6)      Audi A8:  This is the four-ringed auto manufacturer’s flagship sedan representing the best in all-weather luxury transportation.  With the legendary Quattro all-wheel-drive, this is one of the few luxury sedans that would be just as comfortable in a snow storm as it is storming the autobahn.  Expect to pay in the mid $20k range for a mid/late-2000’s model with some miles on it.  This is one of the more engaging large sedans to drive with more driver-tuned suspension than most of the vehicles in the segment with a price tag of around $70K when it was new.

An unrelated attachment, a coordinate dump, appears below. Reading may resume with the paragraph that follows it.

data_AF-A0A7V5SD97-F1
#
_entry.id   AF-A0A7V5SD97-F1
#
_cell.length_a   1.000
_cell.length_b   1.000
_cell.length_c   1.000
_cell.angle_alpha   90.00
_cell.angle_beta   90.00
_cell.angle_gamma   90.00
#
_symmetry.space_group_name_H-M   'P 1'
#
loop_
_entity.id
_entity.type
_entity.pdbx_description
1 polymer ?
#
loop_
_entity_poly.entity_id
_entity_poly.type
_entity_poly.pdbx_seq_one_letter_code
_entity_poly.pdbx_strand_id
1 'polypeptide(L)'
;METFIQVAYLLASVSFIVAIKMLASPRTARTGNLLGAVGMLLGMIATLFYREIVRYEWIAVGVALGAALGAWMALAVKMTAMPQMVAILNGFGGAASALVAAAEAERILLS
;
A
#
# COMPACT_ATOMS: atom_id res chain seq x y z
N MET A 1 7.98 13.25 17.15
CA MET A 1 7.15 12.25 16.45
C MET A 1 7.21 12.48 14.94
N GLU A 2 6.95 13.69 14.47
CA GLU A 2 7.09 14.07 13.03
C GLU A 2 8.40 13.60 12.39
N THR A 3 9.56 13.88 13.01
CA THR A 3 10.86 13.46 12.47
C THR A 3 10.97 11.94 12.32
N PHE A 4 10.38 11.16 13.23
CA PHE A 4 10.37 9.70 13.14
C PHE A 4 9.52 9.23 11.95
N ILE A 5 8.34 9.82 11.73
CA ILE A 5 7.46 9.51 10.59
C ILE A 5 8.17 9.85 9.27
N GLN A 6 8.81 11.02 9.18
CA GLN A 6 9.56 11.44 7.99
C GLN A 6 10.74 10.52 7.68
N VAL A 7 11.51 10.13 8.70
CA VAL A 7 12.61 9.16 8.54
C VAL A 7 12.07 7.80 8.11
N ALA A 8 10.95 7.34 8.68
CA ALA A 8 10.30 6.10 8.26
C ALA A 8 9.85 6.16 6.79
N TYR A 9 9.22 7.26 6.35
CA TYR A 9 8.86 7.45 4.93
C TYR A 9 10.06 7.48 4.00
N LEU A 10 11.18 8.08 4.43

7)      Acura RL:  While not many know of this mid-large size vehicle coming out of Acura, it is worth considering on price alone.  In 2005, these were $50,000 cars but can be had for under 15k now without a problem.  While you won’t find big V8 grunt under the hood, the smooth V6 with 300hp and Acura’s Super Handling All-Wheel-Drive does plenty to get this Japanese behemoth moving.  As with any Honda/Acura product, maintenance will be relatively easy and cheap on these compared to its competitors.  This is definitely worth a look if you don’t need any of the XL offerings listed above.      

150K mile check in : Toyota Land Cruiser

These days, consumers are all about the next best thing.  The next phone, the next computer, the next car, and that means that some vehicles with plenty of life left are getting traded in for the latest and greatest.  Chief among these long lasting leviathans is the Toyota Land Cruiser, and yours truly just happens to own one with 155k miles on it, and guess what, it still runs!